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Australia-China IT investment can't be a one way street: Huawei

Chinese telecommunications company Huawei's Australian chairman John Lord has urged Australia to think of China as an investment partner for IT.
Written by Josh Taylor, Contributor on

Just two weeks after Prime Minister Julia Gillard met with Huawei global chairwoman Sun Yafang in China, the company's Australian chairman John Lord has urged Australia to stop thinking of China as just a hub for producing IT equipment.

Huawei's name has gained prominence over the last few years, not only as the telecommunications giant expands across the globe, but also as several western governments, including the United States and Australia, have shown a hesitance in using the company's equipment in national infrastructure, citing concerns over links to the Chinese government.

Lord told the ADC Future Summit in Melbourne on Tuesday that for a private company from China that is now global, Huawei sees one of its major challenges in becoming a trusted and respected multinational company that can get involved in Australia.

"My fellow directors and I are quite active in talking to different groups about what we are doing, why we are doing it, and correcting the many false allegations against the company and its people," he said.

To achieve this, he said Huawei was looking to create an "ecosystem of investment" between Australia and China, partnering with not only telecommunications companies, but the finance sector and the education sector.

He said that Huawei didn't want to just have a sales office in Australia, and Australia should not consider China as just a place to import technology from.

"Australia cannot be a one-way street in terms of ICT industry trade with China. We cannot be taken by the mindset that we export iron ore to China and import hi-tech from China — Australia must benefit from China's innovation boom," he said.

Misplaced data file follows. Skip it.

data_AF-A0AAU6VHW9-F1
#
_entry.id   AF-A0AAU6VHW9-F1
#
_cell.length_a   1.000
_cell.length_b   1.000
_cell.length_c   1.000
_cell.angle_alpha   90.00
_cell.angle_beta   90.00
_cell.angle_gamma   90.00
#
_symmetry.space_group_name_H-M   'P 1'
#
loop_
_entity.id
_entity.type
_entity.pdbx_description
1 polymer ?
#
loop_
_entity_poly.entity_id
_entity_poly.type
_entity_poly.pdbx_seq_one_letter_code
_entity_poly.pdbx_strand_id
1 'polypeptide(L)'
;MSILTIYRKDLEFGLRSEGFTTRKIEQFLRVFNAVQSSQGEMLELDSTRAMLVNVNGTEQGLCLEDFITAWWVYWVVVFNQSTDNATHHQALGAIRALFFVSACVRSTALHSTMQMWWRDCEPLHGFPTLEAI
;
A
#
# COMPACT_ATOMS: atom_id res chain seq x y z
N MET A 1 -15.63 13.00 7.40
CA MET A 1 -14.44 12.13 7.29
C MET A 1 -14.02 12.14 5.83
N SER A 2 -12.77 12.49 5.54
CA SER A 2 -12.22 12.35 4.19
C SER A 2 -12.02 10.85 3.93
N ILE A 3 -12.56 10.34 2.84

"Many Australians still hold onto old ideas about China, that it is simply a manufacturing hub with thousands of workers piecing together millions of mobile phones. For Huawei, that is a vision of China's past, not its future."

He said that Huawei puts 10 percent of its annual revenue towards research and development. A total of 45 percent of Huawei's 140,000 employees were involved in R&D, too, he said. Lord said that he believed Australia could work with Huawei to do more R&D locally.

"As Huawei, we want to encourage Australian companies to become a part of our global supply chain, we want local R&D capabilities to piggyback on the success of Huawei's global R&D efforts," he said. "Huawei has set up 16 R&D centres worldwide, and it is the view of the local board of directors that number 17 should be right here in Australia."

He said that the situation would be win-win for both Australia and China, with Chinese companies able to grow in Australia, and Australia would be able to collect the revenues being part of a global supply chain.

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